Plants in the early stages of phytophthora root rot show symptoms of drought and starvation because the damaged roots can no longer draw water from the soil. Trees and shrubs exhibit poor growth, thinning of the canopy, tip die-back, small leaves, cupping of the leaves, poor leaf color, wilting, bud drop, poor flower production and small fruit or no flowers or fruit.
Shrubs will often die one stem or branch at a time. Young trees suffering from phytophthora root rot are usually stunted and tend to just sit for long-periods with no new growth. Phytophthora can move from the roots to the trunk causing cankers that bleed and exude gum. Trunk cankers can appear dark brown or black and be sunken or depressed. In the absence of controls infected plants usually die.
Usually the tips of the roots are infected and killed first. Healthy root systems have many white root tips, and the roots are plump and firm. The root systems of infected plants have very few or no white root tips. The small feeder roots that are infected by Phytophthora will be dead and dark brown or black. In some plant species, such as citrus, the infected roots will slip or sluff off leaving a thin white thread or strand, which is the center of the root. In other plant species, such as avocado, the feeder roots will turn black and become brittle. Large roots will develop dead, dark brown to black lesions. Infected strawberry roots show a red-colored core which is diagnostic of strawberry red stele root rot caused by P. fragariae.
Phytophthora Life Cycle
Most Phytophthora species produce three different spores: oospores, chlamydospores, and zoospores. Each of these spores plays a different role in the life cycle of Phytophthora. The swimming zoospores are the main source of new infections in the root system. They are released when the soil becomes saturated during irrigation or rain, and can swim for hours seeking the roots of a susceptible host plant.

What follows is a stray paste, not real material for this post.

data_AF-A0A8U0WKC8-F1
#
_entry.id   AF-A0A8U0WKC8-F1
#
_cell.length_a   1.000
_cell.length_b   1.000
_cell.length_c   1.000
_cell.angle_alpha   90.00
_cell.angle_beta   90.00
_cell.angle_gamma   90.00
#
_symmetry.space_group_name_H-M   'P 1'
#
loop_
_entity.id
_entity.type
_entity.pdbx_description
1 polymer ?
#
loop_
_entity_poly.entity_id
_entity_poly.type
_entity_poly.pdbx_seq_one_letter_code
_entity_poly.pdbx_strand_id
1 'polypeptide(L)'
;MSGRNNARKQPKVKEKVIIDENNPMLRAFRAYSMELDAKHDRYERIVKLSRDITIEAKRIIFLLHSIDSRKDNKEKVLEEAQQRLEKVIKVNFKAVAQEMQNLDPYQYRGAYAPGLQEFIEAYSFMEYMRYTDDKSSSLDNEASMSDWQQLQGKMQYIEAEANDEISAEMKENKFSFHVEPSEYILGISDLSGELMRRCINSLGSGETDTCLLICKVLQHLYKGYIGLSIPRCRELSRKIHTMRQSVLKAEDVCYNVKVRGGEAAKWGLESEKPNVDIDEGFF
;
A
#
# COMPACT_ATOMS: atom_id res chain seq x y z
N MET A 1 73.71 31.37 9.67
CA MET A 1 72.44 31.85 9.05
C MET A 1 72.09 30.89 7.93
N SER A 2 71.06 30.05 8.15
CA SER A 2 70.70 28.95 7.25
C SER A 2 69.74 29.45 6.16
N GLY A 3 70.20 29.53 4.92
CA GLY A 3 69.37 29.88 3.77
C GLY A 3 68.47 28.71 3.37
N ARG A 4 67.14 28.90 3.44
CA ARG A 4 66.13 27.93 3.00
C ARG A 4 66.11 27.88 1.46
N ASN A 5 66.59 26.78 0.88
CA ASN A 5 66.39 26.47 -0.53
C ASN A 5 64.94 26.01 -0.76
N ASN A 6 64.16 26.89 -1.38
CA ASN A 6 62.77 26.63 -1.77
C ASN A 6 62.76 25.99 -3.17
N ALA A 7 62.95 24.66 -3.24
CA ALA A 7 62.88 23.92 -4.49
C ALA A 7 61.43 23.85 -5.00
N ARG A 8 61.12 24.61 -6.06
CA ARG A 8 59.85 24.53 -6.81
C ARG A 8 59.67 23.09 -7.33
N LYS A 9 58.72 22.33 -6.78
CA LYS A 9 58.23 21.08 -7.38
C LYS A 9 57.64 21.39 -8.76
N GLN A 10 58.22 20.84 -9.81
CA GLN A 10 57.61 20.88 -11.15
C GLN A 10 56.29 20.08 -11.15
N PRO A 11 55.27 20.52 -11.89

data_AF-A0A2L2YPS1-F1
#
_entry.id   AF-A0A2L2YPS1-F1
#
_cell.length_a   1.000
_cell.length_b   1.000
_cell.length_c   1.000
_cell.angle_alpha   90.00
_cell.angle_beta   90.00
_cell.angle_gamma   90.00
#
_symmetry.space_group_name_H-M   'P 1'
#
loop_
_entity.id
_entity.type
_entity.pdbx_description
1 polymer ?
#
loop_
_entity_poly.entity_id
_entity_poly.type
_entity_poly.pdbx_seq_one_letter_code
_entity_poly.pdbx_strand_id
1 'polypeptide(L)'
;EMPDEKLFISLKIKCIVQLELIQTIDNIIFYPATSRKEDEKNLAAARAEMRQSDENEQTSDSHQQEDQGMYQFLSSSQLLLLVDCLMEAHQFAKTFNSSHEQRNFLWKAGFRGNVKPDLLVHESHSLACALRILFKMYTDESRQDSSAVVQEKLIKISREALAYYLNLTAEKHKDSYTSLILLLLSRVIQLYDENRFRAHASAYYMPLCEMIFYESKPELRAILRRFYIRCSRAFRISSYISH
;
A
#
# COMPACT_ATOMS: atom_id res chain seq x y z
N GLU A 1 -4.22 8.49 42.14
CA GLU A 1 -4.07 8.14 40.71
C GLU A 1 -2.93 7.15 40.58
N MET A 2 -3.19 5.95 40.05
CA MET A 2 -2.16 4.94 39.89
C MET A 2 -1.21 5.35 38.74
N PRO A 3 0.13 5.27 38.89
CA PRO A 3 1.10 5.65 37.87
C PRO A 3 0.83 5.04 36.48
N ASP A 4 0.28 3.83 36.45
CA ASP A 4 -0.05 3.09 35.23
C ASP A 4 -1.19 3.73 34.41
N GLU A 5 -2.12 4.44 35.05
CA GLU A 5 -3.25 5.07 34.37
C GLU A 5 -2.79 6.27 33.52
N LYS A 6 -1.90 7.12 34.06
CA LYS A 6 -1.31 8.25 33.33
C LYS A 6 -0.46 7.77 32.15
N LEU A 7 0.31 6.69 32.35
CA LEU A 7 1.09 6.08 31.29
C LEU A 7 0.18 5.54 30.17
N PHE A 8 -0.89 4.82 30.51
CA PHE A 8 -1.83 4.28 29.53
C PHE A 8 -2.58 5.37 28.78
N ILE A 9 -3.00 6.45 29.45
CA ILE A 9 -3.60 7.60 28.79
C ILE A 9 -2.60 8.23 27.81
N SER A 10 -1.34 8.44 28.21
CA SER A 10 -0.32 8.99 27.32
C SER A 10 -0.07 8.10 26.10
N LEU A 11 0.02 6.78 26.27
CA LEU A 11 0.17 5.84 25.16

Control of Phytophthora
Limiting the frequency of irrigation is the most important means of controlling phytophthora root rot. Prolonged soil saturation caused by frequent watering, poor drainage or heavy rains can lead to severe root rot. Watering less frequently limits the production of the zoospores that infect new roots and the number of infectious cycles that occur. Improving soil drainage will also help control phytophthora root rot. This can be accomplished by amending the soil with mulch, breaking up hardpans or by planting on raised mounds. High levels of organic matter and calcium in the soil can create an environment which suppresses phytophthora root rot.
Phytophthora can also be controlled with several different fungicides which are applied as either a root drench or directly to the foliage. An accurate identification of the disease should be obtained first from the County Plant Pathologist who will also be able to help with proper timing of any application.
Armillaria Root Rot
Armillaria root rot is caused by Armillaria mellea, also known as the oak root rot fungus. Symptoms may not develop until after the disease is well established. The first symptoms are poor growth or dieback of shoots, small yellowish leaves and premature leaf drop. Diagnostic features are the mycelial fans that form under the bark, the mushrooms that develop at the base of the trunk of infected trees and rhizomorphs that can extend from the mycelial fans or wrap around the roots. Although there are 11 species of Armillaria in North America, A. mellea is the only species that attacks landscape trees and shrubs in California.
Armillaria mellea can survive for decades in dead stumps and large roots. The fungus spreads from tree to tree by root contact or through rhizomorphs, which can grow short distances in the soil and contact and penetrate tree roots. There are no chemical controls for Armillaria root rot. Management of Armillaria root rot depends on preventing infection of new trees. Infected stumps and roots from killed trees should be removed. It is not possible to save infected trees. Once infection of a tree has become apparent it is recommended that the tree be removed.